In a drive to make local government as interesting and popular as generations of Westminster's politicians have believed it ought to be, the reform of local government as become as English an obsession as the weather. Throughout the 20th century a range of subjective criteria have been developed to justify reorganisations of local government, along with increasingly complex models of how subjective measures can be used to justify change. The complex and time-consuming procedures that characterised the 1929 'review' of local government were compounded by a layer of additional complexity in the, eventually abandoned, review of 1945. By then the development of urban spatial planning as a discipline had given policy makers a renewed optimism in their ability to effect scientific change, and the complexity of post war local government reorganisation increased incrementally. The Government in 1992 and again in 2003, avoided the question of identifying what the purpose of local government was, and establishing cross-party consensus on how it might be established. Instead, local administration has become synonymous with local democracy, whilst being referred to under a generic title of 'local government'. Proposals to reform one have created concerns regarding the future of the other. This confusion, along with a general lack of interest by the general public has led to a scenario where government ministers have become defenders of the status quo, or champions of change, but rarely informed arbiters of reform. With the benefit of 170 years of evidence to draw from, objectives that stood little chance of success remain stated outcomes of local government reform. It will be shown that fanciful claims have not been consigned into the dustbin of history, but have incrementally produced heirs.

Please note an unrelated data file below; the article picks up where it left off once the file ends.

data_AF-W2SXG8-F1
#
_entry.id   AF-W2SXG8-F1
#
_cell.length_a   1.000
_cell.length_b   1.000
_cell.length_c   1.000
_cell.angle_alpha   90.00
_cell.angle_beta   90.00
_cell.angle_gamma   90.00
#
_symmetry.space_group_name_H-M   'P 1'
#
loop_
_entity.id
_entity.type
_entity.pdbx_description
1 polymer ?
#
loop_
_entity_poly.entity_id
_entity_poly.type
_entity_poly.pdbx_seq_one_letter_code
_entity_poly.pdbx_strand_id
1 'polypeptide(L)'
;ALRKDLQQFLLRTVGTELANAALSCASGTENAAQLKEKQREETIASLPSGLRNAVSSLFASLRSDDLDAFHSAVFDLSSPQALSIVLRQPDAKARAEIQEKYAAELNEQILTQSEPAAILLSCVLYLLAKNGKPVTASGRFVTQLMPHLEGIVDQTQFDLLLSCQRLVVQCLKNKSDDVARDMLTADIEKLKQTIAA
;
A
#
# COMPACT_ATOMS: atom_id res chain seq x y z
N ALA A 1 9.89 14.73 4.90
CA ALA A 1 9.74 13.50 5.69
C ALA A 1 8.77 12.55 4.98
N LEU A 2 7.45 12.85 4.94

|Date of Award||2007|
- Nottingham Trent University